American Lion: Andrew Jackson in the White House, by Jon Meacham
This is the forty-forth entry for this meme suggested by Sheila@ One Persons Journey Through A World of Books. [Entries 22-25 in the series were posted at the Dr. Bill Tells Ancestor Stories]
I had felt this book to big and thick to read, when it came out. My wife got it for me on my Kindle, and it is now my Kindle reading book. Going very well. As I've said before, some books are better on Kindle, some books better in print; for me, at least! ;-)
I really liked the way Meacham treated Thomas Jefferson - the same seems to apply to Jackson! ;-)
Book Description of American Lion on Amazon:
Andrew Jackson, his intimate circle of friends, and his tumultuous times are at the heart of this remarkable book about the man who rose from nothing to create the modern presidency. Beloved and hated, venerated and reviled, Andrew Jackson was an orphan who fought his way to the pinnacle of power, bending the nation to his will in the cause of democracy. Jackson’s election in 1828 ushered in a new and lasting era in which the people, not distant elites, were the guiding force in American politics. Democracy made its stand in the Jackson years, and he gave voice to the hopes and the fears of a restless, changing nation facing challenging times at home and threats abroad. To tell the saga of Jackson’s presidency, acclaimed author Jon Meacham goes inside the Jackson White House. Drawing on newly discovered family letters and papers, he details the human drama–the family, the women, and the inner circle of advisers–that shaped Jackson’s private world through years of storm and victory.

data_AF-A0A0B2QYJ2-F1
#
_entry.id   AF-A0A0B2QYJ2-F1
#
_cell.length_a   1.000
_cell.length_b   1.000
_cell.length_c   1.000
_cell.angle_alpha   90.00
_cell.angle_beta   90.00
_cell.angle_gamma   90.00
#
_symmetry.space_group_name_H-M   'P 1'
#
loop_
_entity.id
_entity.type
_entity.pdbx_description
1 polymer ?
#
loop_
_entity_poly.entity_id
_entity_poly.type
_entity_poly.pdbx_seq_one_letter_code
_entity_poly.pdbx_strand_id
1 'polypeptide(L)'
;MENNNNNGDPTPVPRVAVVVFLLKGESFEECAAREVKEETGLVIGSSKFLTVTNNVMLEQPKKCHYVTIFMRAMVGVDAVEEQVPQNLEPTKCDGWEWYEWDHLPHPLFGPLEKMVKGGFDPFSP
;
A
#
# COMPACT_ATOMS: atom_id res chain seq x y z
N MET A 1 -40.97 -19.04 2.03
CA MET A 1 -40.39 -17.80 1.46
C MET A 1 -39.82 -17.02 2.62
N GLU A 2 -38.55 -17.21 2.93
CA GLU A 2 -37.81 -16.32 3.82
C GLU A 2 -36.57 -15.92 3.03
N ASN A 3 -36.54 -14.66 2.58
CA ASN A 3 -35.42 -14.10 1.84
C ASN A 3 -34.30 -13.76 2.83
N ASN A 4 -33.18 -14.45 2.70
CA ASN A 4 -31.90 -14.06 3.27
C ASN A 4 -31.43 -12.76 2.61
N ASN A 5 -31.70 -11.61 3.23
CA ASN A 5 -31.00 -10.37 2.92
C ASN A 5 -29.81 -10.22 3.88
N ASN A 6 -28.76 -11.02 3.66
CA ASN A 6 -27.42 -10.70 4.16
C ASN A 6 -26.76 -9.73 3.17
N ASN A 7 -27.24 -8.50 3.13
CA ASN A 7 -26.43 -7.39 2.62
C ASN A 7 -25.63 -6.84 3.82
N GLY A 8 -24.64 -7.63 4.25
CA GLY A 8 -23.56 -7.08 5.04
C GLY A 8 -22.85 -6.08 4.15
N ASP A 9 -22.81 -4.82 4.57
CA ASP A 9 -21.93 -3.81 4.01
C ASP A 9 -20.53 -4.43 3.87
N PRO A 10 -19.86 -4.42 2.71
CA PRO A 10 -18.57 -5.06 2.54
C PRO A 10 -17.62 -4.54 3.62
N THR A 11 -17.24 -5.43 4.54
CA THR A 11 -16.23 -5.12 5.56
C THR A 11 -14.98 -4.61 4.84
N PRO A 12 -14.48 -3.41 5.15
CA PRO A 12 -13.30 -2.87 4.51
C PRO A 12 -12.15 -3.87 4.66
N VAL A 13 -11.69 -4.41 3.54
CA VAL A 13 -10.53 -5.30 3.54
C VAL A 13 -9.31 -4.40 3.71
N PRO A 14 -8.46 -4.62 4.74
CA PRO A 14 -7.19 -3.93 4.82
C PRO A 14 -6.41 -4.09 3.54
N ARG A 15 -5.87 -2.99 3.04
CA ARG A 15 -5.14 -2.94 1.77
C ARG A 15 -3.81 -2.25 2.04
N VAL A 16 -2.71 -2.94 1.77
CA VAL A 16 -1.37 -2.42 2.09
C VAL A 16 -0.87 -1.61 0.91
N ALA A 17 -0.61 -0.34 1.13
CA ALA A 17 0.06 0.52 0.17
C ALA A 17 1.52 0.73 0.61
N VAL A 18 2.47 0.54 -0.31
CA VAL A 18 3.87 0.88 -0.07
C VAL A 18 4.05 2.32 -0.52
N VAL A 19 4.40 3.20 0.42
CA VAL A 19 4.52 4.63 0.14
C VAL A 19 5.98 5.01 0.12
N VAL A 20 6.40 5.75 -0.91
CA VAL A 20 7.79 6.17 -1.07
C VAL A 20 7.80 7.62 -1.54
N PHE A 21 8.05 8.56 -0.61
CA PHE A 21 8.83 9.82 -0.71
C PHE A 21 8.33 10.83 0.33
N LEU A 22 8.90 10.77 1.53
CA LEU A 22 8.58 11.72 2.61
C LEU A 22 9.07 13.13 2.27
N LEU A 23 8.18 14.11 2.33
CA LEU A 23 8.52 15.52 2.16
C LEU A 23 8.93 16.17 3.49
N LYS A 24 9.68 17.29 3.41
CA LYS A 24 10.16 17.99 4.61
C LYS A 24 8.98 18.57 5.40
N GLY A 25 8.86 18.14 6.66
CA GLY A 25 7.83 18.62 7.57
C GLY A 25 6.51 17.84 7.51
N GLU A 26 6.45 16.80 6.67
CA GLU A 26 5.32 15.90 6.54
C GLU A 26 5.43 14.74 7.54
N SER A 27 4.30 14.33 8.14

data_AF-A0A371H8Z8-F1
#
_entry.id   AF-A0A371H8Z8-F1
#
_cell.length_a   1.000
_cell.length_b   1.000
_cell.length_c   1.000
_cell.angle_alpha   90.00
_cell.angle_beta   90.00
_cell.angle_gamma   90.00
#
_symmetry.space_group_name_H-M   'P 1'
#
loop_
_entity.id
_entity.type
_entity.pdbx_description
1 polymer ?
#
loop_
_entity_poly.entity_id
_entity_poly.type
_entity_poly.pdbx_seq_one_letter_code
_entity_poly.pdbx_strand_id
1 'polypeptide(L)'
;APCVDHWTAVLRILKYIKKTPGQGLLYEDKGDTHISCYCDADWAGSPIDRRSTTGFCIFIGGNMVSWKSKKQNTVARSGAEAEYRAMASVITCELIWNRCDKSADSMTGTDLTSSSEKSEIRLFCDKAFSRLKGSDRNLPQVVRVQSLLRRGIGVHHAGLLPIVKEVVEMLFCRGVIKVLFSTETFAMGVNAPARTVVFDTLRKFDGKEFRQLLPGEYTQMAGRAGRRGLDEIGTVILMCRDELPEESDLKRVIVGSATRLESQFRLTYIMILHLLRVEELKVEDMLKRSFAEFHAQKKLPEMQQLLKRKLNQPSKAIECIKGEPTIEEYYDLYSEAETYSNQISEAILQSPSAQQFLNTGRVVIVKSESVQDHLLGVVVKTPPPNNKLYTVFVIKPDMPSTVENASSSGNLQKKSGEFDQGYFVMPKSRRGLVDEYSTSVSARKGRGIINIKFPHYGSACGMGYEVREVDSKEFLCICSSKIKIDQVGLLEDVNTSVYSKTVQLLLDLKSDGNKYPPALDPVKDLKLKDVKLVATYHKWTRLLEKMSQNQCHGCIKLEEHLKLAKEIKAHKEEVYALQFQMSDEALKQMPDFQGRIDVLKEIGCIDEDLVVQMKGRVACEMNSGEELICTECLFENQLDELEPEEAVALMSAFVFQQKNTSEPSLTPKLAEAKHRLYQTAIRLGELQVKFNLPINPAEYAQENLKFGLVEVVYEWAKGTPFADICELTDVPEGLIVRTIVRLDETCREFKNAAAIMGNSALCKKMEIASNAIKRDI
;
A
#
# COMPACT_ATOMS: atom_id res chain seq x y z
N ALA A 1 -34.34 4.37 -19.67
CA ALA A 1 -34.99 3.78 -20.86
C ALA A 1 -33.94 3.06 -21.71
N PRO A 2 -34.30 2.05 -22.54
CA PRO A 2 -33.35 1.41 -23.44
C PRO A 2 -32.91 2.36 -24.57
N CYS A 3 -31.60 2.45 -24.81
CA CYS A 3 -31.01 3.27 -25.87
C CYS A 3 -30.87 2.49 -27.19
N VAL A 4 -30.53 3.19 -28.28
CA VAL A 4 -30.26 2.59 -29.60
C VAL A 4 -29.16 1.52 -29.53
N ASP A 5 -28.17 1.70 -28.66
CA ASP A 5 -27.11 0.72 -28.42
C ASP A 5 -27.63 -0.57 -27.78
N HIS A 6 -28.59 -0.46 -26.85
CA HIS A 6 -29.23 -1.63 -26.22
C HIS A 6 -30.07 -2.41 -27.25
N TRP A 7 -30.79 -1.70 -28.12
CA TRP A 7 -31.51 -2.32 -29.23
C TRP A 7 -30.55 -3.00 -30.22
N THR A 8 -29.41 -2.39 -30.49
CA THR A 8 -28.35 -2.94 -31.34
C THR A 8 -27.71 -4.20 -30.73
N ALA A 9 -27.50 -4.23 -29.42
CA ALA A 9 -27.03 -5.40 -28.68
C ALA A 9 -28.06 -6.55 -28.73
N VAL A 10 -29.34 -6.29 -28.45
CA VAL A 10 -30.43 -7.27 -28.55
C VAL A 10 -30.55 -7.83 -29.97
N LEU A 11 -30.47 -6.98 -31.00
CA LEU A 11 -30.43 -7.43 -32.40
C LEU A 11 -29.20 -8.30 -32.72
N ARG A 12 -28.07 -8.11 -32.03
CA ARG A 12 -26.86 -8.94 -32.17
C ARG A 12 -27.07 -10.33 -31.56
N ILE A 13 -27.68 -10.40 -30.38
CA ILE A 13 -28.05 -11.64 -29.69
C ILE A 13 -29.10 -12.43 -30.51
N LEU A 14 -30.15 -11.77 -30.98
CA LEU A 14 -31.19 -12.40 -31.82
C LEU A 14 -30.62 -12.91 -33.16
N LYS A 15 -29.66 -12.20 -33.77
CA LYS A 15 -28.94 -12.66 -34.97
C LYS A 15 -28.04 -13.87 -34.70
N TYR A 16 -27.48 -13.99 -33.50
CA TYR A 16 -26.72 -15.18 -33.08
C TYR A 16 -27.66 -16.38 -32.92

One of our most significant yet dimly recalled presidents, Jackson was a battle-hardened warrior, the founder of the Democratic Party, and the architect of the presidency as we know it. His story is one of violence, sex, courage, and tragedy. With his powerful persona, his evident bravery, and his mystical connection to the people, Jackson moved the White House from the periphery of government to the center of national action, articulating a vision of change that challenged entrenched interests to heed the popular will–or face his formidable wrath. The greatest of the presidents who have followed Jackson in the White House–from Lincoln to Theodore Roosevelt to FDR to Truman–have found inspiration in his example, and virtue in his vision.
Jackson was the most contradictory of men. The architect of the removal of Indians from their native lands, he was warmly sentimental and risked everything to give more power to ordinary citizens. He was, in short, a lot like his country: alternately kind and vicious, brilliant and blind; and a man who fought a lifelong war to keep the republic safe–no matter what it took.
Jon Meacham in American Lion has delivered the definitive human portrait of a pivotal president who forever changed the American presidency–and America itself.
Dr. Bill ;-)